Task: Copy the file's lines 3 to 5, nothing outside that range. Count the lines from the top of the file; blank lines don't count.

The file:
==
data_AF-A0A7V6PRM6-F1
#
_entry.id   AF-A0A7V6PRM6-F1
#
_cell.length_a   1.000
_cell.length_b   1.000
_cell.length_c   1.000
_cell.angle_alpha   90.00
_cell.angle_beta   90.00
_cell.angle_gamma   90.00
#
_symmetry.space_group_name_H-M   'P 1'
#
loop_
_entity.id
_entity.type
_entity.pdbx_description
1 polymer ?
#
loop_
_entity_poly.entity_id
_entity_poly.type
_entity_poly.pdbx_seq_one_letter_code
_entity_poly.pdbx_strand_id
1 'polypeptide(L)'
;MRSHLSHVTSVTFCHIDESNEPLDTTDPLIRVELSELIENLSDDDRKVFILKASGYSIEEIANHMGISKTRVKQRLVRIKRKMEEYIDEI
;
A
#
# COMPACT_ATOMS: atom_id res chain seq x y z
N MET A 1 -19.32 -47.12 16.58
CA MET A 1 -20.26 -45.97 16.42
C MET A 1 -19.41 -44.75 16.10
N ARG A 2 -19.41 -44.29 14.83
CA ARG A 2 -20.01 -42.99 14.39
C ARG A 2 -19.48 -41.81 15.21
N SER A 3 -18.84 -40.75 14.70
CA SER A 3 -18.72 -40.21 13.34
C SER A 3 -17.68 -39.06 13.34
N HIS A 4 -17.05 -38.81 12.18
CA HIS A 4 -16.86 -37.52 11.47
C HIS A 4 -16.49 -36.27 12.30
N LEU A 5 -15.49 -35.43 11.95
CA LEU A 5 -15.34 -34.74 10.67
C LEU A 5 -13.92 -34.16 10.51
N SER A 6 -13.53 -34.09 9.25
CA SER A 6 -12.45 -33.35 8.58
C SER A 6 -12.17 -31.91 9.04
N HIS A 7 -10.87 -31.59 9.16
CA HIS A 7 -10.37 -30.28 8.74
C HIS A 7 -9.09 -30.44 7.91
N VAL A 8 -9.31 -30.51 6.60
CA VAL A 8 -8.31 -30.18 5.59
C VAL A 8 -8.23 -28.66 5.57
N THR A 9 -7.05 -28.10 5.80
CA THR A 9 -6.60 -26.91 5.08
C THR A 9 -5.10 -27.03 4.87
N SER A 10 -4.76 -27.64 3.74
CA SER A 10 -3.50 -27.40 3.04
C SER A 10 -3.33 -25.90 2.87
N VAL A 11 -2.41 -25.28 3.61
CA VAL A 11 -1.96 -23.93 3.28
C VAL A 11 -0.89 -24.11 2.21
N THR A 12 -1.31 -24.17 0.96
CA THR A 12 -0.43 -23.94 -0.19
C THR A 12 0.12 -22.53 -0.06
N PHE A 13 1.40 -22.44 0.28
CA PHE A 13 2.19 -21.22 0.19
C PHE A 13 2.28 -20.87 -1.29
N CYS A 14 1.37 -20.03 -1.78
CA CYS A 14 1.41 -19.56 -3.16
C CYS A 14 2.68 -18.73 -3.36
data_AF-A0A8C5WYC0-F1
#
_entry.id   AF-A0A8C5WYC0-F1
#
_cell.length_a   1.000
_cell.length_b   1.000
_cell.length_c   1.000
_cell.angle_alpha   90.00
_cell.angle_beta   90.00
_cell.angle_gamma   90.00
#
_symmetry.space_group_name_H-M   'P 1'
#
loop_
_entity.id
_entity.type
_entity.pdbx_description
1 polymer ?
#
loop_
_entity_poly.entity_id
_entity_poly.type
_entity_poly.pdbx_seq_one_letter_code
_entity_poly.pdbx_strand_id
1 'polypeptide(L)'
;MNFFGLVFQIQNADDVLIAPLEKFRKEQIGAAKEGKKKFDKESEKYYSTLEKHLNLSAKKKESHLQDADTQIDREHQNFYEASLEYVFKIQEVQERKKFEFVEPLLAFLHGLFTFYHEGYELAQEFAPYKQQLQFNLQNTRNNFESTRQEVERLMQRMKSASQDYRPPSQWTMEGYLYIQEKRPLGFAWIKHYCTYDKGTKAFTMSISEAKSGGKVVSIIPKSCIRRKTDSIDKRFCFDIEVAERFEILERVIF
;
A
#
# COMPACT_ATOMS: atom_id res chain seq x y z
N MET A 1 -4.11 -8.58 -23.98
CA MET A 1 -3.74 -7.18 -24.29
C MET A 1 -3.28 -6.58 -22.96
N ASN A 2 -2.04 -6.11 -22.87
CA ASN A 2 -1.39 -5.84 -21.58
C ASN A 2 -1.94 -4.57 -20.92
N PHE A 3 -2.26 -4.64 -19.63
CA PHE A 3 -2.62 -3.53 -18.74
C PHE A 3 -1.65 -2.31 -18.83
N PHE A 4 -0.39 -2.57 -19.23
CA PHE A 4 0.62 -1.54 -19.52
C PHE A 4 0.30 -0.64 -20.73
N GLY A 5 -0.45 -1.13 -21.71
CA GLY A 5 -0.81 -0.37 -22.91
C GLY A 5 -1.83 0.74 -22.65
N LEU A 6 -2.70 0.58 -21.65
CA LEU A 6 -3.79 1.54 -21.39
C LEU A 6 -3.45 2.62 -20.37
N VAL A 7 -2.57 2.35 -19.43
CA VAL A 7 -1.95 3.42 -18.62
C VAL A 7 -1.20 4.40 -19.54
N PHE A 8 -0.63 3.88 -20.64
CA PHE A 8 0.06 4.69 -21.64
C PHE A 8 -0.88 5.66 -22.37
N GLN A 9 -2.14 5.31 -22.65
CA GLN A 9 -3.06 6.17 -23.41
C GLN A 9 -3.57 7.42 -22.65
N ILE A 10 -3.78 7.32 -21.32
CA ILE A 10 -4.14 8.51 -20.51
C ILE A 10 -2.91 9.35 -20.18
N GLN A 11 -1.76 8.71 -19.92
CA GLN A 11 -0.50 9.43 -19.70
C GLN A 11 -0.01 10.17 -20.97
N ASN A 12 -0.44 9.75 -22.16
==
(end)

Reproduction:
_entry.id   AF-A0A7V6PRM6-F1
#
_cell.length_a   1.000